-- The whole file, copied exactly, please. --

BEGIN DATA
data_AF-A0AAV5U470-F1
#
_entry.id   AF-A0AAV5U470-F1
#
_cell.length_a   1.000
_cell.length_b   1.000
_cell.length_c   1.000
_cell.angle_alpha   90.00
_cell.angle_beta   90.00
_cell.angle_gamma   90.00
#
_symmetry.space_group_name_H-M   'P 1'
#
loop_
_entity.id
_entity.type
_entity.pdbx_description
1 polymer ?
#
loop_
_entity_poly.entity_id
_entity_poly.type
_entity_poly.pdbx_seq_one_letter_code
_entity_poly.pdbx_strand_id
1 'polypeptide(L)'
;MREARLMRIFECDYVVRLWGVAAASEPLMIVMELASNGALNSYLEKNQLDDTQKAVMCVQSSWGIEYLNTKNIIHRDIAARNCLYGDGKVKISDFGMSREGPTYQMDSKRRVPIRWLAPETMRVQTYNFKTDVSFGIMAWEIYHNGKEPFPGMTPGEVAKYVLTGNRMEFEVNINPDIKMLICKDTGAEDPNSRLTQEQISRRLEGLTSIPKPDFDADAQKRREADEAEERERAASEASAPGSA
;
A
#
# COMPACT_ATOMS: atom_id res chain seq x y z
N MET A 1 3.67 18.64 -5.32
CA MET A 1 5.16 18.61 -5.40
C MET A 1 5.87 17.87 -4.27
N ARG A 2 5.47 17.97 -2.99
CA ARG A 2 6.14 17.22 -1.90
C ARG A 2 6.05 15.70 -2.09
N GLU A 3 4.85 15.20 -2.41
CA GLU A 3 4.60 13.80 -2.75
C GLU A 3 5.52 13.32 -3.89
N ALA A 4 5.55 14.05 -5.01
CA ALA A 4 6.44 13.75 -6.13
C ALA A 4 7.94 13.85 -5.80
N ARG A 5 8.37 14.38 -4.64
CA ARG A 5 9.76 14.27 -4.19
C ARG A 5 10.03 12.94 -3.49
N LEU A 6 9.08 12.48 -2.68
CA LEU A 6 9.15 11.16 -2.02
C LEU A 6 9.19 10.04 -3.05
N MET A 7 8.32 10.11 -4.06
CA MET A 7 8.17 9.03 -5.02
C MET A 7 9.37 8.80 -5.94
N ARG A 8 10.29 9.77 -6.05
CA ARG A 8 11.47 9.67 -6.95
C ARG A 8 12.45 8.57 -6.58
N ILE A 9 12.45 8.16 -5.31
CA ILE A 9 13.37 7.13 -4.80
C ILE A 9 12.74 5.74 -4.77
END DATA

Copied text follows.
data_AF-A0AAV5U470-F1
#
_entry.id   AF-A0AAV5U470-F1
#
_cell.length_a   1.000
_cell.length_b   1.000
_cell.length_c   1.000
_cell.angle_alpha   90.00
_cell.angle_beta   90.00
_cell.angle_gamma   90.00
#
_symmetry.space_group_name_H-M   'P 1'
#
loop_
_entity.id
_entity.type
_entity.pdbx_description
1 polymer ?
#
loop_
_entity_poly.entity_id
_entity_poly.type
_entity_poly.pdbx_seq_one_letter_code
_entity_poly.pdbx_strand_id
1 'polypeptide(L)'
;MREARLMRIFECDYVVRLWGVAAASEPLMIVMELASNGALNSYLEKNQLDDTQKAVMCVQSSWGIEYLNTKNIIHRDIAARNCLYGDGKVKISDFGMSREGPTYQMDSKRRVPIRWLAPETMRVQTYNFKTDVSFGIMAWEIYHNGKEPFPGMTPGEVAKYVLTGNRMEFEVNINPDIKMLICKDTGAEDPNSRLTQEQISRRLEGLTSIPKPDFDADAQKRREADEAEERERAASEASAPGSA
;
A
#
# COMPACT_ATOMS: atom_id res chain seq x y z
N MET A 1 3.67 18.64 -5.32
CA MET A 1 5.16 18.61 -5.40
C MET A 1 5.87 17.87 -4.27
N ARG A 2 5.47 17.97 -2.99
CA ARG A 2 6.14 17.22 -1.90
C ARG A 2 6.05 15.70 -2.09
N GLU A 3 4.85 15.20 -2.41
CA GLU A 3 4.60 13.80 -2.75
C GLU A 3 5.52 13.32 -3.89
N ALA A 4 5.55 14.05 -5.01
CA ALA A 4 6.44 13.75 -6.13
C ALA A 4 7.94 13.85 -5.80
N ARG A 5 8.37 14.38 -4.64
CA ARG A 5 9.76 14.27 -4.19
C ARG A 5 10.03 12.94 -3.49
N LEU A 6 9.08 12.48 -2.68
CA LEU A 6 9.15 11.16 -2.02
C LEU A 6 9.19 10.04 -3.05
N MET A 7 8.32 10.11 -4.06
CA MET A 7 8.17 9.03 -5.02
C MET A 7 9.37 8.80 -5.94
N ARG A 8 10.29 9.77 -6.05
CA ARG A 8 11.47 9.67 -6.95
C ARG A 8 12.45 8.57 -6.58
N ILE A 9 12.45 8.16 -5.31
CA ILE A 9 13.37 7.13 -4.80
C ILE A 9 12.74 5.74 -4.77